I’m looking forward to talking at UMass Law on November 9, on recent trends in American politics. PPT for this talk here.
Posts from the ‘Four crises of democracy’ Category
On February 4, I participated in a panel discussion hosted by the ASPA Section on Democracy and Social Justice, about the January 6 insurrection and its consequences. Watch the discussion here.
I’ve written a column for The Conversation, “What those mourning the fragility of American democracy get wrong.” Also in Spanish.
On London School of Economics’ Politics & Policy blog, Matthew Flinders reviews Four Crises of American Democracy. Flinders writes: “This is a brilliant book and a much-needed antidote to ‘the politics of pessimism’ that swirls around so much scholarly writing and media messaging.” Read the review.
Public Integrity has published a review of Four Crises of American Democracy by Peter Federman of the University of Kansas. Read the review. “To merely say this book is prescient would be doing a disservice to the text; its relevance and accuracy in describing our national climate is almost unnerving,” Federman writes. “This is a book for citizens who care about democracy and find beauty and excitement in the fragility of this ‘great experiment.'”
I talked about Four Crises of American Democracy with John Fugelsang on his SiriusXM Insight show, Tell Me Everything, on March 23. Listen to the interview here. Fugelsang says: “The political climate in the 2016 presidential election has only reinforced the perception that we are in a state of crisis. Roberts’ new book is amazing in how well it distills and explains the root causes of the crises facing our democracy and how they might be addressed. It is informative and also compulsively readable.”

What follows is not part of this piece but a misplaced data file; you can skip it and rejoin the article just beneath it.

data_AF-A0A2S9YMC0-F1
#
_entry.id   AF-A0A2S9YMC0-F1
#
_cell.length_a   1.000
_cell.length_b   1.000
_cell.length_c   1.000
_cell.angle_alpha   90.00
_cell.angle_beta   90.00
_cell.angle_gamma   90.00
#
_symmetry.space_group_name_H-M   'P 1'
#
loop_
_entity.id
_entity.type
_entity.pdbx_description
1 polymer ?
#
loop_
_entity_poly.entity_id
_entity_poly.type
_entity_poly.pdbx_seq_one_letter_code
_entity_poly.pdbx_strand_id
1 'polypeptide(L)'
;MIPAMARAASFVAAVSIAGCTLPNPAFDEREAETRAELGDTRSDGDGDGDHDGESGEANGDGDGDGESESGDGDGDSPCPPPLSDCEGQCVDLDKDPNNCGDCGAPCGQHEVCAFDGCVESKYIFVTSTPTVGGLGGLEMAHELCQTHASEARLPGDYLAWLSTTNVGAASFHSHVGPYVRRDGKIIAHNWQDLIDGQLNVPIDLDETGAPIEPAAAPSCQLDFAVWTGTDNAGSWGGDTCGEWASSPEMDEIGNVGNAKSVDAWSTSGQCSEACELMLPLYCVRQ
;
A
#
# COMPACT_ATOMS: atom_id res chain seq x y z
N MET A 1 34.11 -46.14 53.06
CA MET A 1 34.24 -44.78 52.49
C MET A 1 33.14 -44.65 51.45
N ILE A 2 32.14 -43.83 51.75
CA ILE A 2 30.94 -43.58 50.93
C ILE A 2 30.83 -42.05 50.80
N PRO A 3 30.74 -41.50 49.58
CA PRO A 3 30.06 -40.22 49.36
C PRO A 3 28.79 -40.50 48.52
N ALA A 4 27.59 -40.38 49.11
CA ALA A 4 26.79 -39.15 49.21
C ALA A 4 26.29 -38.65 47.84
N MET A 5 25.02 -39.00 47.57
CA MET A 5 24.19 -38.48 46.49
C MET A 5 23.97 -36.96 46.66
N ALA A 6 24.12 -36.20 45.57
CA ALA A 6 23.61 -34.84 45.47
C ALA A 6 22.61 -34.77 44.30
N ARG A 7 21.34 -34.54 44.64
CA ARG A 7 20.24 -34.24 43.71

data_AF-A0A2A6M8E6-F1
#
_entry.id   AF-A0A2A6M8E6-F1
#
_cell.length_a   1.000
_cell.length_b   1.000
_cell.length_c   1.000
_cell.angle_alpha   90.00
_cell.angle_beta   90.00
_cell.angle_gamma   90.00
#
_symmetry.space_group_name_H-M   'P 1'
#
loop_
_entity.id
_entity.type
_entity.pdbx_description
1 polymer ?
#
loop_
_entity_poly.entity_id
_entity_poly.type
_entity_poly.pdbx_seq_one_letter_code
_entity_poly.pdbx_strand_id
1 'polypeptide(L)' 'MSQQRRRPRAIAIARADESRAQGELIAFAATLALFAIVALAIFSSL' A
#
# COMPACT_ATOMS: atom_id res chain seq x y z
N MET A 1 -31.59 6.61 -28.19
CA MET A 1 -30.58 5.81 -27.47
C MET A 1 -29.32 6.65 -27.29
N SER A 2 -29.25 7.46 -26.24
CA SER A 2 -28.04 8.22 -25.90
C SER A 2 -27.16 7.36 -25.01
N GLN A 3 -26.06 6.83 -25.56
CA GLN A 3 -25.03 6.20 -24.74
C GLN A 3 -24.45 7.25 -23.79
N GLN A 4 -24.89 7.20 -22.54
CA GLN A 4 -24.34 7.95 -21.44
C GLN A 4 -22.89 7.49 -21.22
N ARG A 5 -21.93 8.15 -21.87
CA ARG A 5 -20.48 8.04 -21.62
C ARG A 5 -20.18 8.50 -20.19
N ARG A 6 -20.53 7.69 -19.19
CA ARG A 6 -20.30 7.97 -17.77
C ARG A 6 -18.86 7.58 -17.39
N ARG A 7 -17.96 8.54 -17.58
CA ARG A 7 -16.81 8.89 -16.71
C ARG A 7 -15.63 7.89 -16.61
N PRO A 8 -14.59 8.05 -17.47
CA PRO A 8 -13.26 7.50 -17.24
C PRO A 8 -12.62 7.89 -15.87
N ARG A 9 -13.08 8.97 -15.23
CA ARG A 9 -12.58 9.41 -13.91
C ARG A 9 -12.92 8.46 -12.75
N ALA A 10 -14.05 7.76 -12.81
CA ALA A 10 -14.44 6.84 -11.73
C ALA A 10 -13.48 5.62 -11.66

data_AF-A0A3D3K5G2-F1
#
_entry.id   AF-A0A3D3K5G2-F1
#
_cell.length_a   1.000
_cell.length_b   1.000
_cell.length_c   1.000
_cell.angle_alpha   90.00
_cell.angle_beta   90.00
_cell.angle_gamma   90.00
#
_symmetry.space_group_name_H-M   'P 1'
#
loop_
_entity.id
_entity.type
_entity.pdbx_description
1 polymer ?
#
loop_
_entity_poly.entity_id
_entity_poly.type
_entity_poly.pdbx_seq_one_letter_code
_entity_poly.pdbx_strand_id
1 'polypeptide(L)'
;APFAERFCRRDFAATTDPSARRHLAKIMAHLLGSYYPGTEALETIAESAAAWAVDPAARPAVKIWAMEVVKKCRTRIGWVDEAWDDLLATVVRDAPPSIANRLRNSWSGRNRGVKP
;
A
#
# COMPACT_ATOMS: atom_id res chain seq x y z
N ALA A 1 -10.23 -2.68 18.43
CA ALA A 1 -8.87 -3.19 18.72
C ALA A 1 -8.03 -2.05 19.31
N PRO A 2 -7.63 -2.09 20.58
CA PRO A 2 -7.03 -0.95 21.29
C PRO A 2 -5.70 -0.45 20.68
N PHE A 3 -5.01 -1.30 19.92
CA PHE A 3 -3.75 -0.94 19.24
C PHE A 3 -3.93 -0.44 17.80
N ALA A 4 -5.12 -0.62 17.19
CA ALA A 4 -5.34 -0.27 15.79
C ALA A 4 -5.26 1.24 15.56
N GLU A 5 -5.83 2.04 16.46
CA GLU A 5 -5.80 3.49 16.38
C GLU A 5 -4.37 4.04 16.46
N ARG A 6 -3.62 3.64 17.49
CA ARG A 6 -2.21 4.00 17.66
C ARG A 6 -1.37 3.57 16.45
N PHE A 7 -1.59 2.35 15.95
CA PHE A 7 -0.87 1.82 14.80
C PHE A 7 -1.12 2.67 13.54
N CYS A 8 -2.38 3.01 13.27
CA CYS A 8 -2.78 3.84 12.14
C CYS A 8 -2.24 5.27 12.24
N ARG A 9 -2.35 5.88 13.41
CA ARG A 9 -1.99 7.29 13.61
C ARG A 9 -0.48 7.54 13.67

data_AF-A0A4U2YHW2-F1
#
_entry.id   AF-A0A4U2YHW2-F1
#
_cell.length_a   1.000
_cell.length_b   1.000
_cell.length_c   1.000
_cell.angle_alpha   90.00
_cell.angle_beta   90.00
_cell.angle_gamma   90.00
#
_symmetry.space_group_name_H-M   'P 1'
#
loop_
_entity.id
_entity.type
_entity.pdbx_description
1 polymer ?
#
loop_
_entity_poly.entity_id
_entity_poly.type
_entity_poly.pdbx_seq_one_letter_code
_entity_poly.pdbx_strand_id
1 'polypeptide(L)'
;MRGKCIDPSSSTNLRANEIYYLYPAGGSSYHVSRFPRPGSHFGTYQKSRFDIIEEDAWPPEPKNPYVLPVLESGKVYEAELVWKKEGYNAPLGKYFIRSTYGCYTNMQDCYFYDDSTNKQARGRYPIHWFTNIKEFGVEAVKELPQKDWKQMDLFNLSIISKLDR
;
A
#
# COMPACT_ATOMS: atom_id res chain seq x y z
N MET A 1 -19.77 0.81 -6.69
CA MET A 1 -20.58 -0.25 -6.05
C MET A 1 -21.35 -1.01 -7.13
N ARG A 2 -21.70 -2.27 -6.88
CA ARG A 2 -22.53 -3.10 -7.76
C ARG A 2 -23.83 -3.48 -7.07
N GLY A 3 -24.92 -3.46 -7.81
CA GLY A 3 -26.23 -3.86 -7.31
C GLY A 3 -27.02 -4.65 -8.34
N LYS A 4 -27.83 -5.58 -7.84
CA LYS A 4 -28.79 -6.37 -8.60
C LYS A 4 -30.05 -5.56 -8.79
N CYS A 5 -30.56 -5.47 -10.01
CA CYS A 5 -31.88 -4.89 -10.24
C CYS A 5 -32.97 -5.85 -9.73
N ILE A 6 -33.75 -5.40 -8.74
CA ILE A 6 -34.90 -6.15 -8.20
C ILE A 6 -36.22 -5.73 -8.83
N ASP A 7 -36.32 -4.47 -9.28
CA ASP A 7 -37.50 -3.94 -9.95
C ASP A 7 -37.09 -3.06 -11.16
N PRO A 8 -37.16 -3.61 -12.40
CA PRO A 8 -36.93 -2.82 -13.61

On a World Bank blog, Sina Odugbemi discusses Four Crises of American Democracy. Odugbemi says that the book “furnishes us with a way of thinking about what might be wrong with liberal democracy in any specific national context that is as elegant and as thought-provoking as anything that I have encountered recently.” Read the review.
Michael Spicer writes a review of Four Crises of American Democracy, in Public Administration Review: “Roberts’ thoughtful and elegant defense of democracy is to be welcomed, coming as it does at a time when serious doubts about the capacity of ordinary democratic politics and institutions to address our problems are being voiced, both on the right and left of our political spectrum. It is also a healthy reminder to critics of our system of all ideological hues that the real world alternatives to democratic politics and institutions are not necessarily likely to serve us much better. Moreover, packing as it does a wide range of modern history into less than 200 pages of text, it is a refreshingly accessible read and a much-needed reminder both to social scientists and citizens in general about the importance of paying attention to history and what it can teach us about democracy.” The review is available here.